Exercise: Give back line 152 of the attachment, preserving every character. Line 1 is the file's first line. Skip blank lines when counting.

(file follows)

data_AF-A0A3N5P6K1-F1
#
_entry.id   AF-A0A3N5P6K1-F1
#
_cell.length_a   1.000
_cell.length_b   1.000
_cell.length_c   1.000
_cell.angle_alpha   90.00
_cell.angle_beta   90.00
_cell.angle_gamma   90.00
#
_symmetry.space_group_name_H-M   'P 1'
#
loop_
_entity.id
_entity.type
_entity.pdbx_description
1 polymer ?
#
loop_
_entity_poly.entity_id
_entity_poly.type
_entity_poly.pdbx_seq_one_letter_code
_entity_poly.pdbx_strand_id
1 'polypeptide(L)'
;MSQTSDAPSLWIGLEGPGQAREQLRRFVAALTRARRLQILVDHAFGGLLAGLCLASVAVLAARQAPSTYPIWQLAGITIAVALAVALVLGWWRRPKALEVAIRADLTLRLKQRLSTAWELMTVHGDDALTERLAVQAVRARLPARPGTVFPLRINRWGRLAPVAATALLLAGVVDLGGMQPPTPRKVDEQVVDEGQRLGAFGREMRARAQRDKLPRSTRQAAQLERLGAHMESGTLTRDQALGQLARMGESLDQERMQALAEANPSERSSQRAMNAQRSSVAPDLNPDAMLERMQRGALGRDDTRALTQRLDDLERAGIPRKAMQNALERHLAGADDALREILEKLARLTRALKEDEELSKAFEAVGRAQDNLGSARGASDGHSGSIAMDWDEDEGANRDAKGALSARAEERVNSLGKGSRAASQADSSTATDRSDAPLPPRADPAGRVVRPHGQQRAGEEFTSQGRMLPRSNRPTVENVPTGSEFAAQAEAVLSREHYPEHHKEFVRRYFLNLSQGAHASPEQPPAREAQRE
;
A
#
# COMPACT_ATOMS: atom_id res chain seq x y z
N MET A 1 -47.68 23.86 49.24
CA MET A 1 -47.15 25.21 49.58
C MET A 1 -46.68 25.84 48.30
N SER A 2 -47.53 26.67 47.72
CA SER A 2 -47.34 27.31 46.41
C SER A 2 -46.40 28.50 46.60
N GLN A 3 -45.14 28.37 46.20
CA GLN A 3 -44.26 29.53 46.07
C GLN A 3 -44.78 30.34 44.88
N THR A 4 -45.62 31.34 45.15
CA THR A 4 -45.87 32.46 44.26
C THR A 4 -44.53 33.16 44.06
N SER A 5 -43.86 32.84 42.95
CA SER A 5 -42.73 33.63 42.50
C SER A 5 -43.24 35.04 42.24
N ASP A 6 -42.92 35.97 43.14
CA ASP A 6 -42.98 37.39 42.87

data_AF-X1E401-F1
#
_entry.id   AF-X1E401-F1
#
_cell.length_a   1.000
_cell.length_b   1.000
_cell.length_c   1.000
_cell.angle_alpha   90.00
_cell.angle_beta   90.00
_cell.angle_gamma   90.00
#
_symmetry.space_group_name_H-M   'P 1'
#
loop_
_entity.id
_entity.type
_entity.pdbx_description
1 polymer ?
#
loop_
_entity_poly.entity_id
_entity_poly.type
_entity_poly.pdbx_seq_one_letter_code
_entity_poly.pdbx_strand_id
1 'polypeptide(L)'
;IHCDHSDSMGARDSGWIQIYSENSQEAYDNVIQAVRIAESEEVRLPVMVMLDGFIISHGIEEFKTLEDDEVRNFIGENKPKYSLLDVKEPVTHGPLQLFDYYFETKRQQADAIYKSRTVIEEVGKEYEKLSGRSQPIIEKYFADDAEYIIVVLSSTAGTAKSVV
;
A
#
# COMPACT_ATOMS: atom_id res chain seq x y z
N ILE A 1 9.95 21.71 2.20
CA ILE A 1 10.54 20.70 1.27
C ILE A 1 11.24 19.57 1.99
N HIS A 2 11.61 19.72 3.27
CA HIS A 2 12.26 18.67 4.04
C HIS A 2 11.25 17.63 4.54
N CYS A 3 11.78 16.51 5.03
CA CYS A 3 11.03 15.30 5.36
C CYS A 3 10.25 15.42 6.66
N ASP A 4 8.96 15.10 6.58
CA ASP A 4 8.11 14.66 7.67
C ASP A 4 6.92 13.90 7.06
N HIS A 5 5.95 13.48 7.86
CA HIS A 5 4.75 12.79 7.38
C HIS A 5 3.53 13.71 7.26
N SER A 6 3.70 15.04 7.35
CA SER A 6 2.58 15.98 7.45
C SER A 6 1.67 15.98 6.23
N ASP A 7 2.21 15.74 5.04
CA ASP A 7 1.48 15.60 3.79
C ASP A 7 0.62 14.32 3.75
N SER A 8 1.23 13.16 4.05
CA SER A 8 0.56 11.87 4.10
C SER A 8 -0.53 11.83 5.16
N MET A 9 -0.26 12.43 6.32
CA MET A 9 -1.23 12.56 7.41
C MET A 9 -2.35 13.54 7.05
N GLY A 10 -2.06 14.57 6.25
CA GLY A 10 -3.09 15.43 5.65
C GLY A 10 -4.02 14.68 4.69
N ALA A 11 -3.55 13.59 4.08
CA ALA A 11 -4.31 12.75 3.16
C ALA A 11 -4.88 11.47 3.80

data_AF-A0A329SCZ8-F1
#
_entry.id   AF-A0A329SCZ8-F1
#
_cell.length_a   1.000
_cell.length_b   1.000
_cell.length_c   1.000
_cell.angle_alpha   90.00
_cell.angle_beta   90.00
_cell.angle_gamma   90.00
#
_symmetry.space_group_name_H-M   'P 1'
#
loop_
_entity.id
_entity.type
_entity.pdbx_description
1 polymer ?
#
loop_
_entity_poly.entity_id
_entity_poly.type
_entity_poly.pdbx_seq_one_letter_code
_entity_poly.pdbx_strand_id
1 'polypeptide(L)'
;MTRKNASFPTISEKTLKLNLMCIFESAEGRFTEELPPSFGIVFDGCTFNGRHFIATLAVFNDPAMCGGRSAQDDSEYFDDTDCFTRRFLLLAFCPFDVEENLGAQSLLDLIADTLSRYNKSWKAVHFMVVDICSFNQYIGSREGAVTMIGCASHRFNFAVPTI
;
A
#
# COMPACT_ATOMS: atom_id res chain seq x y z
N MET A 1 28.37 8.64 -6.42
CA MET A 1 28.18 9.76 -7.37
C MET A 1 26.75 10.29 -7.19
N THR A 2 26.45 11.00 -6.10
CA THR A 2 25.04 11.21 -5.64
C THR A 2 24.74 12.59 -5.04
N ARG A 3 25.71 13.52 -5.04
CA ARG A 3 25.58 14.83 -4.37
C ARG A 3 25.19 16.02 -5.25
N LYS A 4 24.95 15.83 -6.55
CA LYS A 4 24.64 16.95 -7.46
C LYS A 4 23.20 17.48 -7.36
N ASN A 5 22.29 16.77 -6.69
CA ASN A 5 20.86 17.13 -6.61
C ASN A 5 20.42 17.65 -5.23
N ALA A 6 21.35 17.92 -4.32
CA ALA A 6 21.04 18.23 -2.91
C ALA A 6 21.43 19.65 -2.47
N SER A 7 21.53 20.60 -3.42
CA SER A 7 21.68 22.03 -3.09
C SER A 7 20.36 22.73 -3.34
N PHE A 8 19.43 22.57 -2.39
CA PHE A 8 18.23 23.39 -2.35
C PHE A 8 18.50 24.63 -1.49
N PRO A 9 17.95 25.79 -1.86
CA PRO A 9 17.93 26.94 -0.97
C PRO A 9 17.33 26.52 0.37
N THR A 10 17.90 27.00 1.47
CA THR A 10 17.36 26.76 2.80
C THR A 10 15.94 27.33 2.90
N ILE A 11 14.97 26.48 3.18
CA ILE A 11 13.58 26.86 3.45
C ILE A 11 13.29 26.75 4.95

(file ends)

C LYS A 4 23.20 17.48 -7.36